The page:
PARIS, JUNE 7 -- Gabriela Sabatini, seeded fourth for the French Open but a loser in the round of 16 to Jana Novotna, is said to be so dissatisfied with her progress that she may go to Wimbledon without her longtime coach and trainer.

Although Sabatini has not officially parted from coach Angel Gimenez and trainer Omar Carminatti, she apparently is unhappy with her physical and mental conditioning and her fall in the rankings from No. 3 to No. 5. She also has been working with a sports psychologist.

In rankings to be released Monday, 1989 French champion Arantxa Sanchez Vicario will drop to No. 6 from No. 4, so Sabatini can at least console herself with a rise to No. 4. Boorish Becker

Boris Becker has committed two social gaffes, at least by the highly political standards of the tennis world. In the last couple of days the likable defending Wimbledon and U.S. Open champion was a no-show at an international champions dinner at the French Open and he got kicked off the courts of Wimbledon.

Becker was expected Wednesday night at the formal affair. But he was upset in the first round here and promptly left for Britain to prepare for his Wimbledon defense. He sent a four-paragraph fax instead.

The other day while practicing at the All England Club, he was asked to leave because, even though he is a member and thus entitled to play on the grass courts there, his coach, Bob Brett, is not a member. Several courts were not in use, but rules are rules at Wimbledon. Thanks but No Thanks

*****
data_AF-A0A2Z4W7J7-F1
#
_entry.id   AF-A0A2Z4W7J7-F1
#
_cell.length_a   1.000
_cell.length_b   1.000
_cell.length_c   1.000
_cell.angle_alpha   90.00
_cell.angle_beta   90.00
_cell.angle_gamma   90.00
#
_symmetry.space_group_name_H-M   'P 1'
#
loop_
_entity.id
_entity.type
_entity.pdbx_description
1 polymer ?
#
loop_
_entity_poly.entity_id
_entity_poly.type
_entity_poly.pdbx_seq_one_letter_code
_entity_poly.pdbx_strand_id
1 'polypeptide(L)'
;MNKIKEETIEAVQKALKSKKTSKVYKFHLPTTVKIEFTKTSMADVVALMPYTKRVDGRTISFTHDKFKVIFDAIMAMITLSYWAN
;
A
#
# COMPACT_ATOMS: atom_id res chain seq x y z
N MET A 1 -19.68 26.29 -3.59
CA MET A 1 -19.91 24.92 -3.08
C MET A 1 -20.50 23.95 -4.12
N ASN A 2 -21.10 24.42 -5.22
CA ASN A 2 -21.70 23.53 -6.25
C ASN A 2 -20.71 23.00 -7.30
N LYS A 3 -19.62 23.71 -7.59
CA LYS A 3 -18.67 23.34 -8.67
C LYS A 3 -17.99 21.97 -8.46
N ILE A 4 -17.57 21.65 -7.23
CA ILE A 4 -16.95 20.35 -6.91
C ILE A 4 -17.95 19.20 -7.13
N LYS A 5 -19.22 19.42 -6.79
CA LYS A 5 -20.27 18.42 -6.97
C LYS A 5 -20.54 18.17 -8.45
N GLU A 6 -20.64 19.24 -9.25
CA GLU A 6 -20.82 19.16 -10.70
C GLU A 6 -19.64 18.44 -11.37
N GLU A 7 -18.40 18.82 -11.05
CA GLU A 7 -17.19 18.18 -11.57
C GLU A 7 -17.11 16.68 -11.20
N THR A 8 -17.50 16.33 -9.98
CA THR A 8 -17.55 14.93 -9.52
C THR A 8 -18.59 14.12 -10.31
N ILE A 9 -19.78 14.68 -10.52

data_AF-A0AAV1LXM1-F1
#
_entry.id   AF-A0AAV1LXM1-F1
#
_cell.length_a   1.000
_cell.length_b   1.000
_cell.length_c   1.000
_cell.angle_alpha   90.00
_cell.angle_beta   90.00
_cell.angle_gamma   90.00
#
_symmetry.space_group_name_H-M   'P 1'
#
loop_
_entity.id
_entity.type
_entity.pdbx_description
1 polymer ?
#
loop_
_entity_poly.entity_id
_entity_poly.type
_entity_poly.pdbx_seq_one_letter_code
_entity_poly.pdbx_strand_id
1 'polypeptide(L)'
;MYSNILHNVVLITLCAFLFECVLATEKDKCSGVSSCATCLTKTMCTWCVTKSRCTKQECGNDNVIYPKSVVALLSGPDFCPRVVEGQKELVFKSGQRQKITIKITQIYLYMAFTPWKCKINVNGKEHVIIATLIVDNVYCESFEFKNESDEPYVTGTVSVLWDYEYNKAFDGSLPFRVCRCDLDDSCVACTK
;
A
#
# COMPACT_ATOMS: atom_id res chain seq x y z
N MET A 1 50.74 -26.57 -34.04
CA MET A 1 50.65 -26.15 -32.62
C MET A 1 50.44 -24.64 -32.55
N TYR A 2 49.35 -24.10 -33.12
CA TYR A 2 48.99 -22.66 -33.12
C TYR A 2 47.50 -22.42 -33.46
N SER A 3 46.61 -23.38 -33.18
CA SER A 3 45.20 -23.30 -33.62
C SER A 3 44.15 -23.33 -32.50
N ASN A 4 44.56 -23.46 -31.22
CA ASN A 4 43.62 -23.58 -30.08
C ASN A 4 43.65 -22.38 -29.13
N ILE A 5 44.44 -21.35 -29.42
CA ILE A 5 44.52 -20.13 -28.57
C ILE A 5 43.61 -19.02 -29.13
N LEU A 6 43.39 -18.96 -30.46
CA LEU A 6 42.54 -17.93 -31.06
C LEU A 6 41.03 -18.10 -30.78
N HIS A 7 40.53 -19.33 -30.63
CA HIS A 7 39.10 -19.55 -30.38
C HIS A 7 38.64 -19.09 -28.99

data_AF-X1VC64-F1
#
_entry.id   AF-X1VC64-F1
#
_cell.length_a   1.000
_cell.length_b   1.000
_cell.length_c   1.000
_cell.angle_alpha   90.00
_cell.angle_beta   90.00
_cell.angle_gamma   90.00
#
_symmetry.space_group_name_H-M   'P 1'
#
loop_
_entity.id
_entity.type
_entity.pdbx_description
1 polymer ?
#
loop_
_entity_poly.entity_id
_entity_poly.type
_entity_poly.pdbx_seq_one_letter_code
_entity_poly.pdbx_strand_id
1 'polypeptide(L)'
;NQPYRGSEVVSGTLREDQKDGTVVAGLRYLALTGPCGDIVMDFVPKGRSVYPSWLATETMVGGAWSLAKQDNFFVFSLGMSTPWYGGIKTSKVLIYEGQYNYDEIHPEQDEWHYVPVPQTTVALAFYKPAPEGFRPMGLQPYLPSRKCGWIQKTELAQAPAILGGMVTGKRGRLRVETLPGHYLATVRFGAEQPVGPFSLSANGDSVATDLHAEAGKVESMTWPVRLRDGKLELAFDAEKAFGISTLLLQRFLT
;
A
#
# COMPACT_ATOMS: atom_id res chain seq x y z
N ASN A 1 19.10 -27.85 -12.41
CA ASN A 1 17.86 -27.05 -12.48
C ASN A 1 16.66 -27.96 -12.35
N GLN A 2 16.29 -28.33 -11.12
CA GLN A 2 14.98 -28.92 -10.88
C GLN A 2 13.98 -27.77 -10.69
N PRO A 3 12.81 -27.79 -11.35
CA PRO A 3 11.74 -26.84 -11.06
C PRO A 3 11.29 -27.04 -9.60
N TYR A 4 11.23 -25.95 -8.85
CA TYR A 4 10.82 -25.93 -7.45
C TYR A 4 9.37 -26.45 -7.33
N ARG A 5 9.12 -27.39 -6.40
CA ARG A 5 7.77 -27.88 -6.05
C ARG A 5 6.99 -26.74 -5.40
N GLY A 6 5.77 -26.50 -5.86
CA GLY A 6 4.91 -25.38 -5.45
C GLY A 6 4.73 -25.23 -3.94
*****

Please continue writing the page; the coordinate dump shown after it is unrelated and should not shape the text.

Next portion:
Monica Seles has been unwilling to explain her decision to leave coach Nick Bollettieri, with whom she had been working since 1986. Bollettieri assisted the 16-year-old Yugoslavian and her family in establishing U.S. residency and helped support them while she was a rising junior player. Bollettieri now says Seles owes him roughly $200,000.

Seles has said her father, Karolj, chiefly has been her coach. But in an interview with Chris Evert here she acknowledged Bollettieri "helped me." Beyond that she would not comment.

"That's past, it's behind me," she said. "It's better not to talk about what's past."

Seles and her family have been talking with Ion Tiriac, who handles Becker, about possibly becoming her manager. Corporate Expansion

The Women's International Tennis Association, long headquartered in Miami but growing faster than its offices, has narrowed the list of potential sites for its new home to two in Florida, the Eagle Trace development in Coral Springs and the Stouffer Vinoy Hotel in St. Petersburg.